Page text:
The Colorado Rockies came to Citizens Bank Park today, and lost to the Phillies by a score of 20-5. That's right, the Rockies were playing in Philadelphia. One shudders to think what this game's score might have been had the home and away teams been reversed.
It was one of those occasional blowouts that any baseball viewer will come across every once in a while, but to the Philadelphia fans, watching their team play the squad who kept them from advancing in last season's playoffs, it felt good. It's just as pointless to speculate whether the win should be credited to the Phillies' remarkably productive batters, to the Rockies' execrable pitching, or to (most reasonably) a combination of the two as it is to say that the Phillies only six runs in order to secure a win. They clobbered 'em.
The game was actually rather a tense one through its first three innings or so, Jamie Moyer allowing four earned runs, which were matched inning for inning by his team's production against Colorado's Jorge de la Rosa. De la Rosa was pulled after he allowed another run in the fourth, whereas the famously rather venerable Mr. Moyer was allowed to pitch all of seven innings.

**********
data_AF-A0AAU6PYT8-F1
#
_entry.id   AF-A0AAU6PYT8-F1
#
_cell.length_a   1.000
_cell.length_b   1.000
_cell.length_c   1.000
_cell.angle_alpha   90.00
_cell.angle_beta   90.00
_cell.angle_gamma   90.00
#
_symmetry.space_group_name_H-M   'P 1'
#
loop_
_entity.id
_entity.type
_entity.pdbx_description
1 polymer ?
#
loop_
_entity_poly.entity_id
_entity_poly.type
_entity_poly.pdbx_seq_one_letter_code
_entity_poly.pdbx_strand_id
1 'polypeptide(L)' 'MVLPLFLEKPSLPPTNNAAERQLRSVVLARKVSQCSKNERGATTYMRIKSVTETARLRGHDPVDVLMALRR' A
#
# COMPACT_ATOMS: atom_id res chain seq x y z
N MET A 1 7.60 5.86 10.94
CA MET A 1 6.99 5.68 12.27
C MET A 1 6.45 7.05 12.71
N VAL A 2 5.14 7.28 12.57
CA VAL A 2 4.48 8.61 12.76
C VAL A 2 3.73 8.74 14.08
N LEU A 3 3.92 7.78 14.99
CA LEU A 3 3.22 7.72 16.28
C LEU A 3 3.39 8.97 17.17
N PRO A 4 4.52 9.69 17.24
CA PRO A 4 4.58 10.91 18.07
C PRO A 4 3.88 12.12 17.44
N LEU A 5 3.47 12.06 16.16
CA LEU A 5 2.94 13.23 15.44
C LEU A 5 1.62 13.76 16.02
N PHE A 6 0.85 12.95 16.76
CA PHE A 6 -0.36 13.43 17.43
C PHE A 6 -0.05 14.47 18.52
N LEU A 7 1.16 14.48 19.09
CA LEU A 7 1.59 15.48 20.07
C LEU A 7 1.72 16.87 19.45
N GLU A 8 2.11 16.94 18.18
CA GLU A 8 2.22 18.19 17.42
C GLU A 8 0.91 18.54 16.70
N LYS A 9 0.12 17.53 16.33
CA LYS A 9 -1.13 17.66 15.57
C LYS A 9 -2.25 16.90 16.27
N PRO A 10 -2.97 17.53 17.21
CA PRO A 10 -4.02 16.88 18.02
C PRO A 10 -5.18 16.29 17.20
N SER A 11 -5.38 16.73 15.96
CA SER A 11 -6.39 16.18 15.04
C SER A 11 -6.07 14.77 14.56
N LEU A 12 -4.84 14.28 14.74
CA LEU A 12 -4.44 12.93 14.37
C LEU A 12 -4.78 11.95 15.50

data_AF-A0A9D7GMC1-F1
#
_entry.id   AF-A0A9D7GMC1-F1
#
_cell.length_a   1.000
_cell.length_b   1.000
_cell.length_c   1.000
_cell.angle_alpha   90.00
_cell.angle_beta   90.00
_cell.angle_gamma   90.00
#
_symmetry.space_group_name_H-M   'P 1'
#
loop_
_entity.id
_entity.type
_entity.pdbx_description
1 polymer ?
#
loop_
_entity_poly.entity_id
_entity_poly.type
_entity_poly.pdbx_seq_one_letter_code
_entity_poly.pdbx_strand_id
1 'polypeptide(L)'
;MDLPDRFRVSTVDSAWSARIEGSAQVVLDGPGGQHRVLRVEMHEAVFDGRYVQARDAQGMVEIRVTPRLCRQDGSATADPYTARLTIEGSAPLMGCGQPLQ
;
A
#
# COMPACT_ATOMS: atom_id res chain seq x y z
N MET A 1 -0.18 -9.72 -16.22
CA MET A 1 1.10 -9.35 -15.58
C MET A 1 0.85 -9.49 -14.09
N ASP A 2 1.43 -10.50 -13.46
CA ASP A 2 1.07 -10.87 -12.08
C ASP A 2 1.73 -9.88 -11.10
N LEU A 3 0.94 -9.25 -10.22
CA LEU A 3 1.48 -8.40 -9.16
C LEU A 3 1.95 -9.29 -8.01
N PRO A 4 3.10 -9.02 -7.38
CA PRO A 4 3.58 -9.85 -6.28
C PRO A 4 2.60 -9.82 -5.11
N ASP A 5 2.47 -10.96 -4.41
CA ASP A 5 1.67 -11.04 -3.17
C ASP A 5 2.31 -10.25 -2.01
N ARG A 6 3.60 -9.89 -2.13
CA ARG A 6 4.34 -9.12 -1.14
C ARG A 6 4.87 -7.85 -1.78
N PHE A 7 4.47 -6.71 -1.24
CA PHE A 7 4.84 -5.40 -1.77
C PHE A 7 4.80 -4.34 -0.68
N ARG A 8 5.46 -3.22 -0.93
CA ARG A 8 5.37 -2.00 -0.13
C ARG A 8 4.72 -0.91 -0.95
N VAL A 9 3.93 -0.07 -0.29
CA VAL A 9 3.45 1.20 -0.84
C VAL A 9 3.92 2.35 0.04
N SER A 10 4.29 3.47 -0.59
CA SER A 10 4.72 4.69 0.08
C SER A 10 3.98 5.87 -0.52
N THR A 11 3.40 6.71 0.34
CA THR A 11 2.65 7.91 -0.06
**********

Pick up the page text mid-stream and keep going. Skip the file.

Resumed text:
The real fireworks began in the fourth, when the Phillies effectively put the game away by batting around in a six run inning. They repeated the feat in a sixth inning highlighted by a home run off the bat of catcher Chris "Cinderella" Coste. Chase Utley, who also had a homer in the first inning, drove in six runs on his three hits, the best of his career. Ryan Howard, though scored with another fielding error at first, drove in three himself. The only Phillie non-pitcher without a hit, in fact was Pat Burrell. Maybe he was saving his for the clutch.
Despite allowing the four earned runs that he did, Jamie Moyer largely demonstrated himself to have settled down after his three-run first. His seven strikeouts were a season high.
The Phillies haven't scored so many runs in a game since 1999. Watching them do it is sweet, even if the Rockies they were playing against were too debilitated by injuries to be thought of as substantially the same team from last season's NLDS. The fans can only hope, however, that Philadelphia batters don't fall into the all-to-common baseball pattern of having a quiet night after blowing out an opponant. A sweep of Colorado would only be more perfect if it began with a 20-5 rout.
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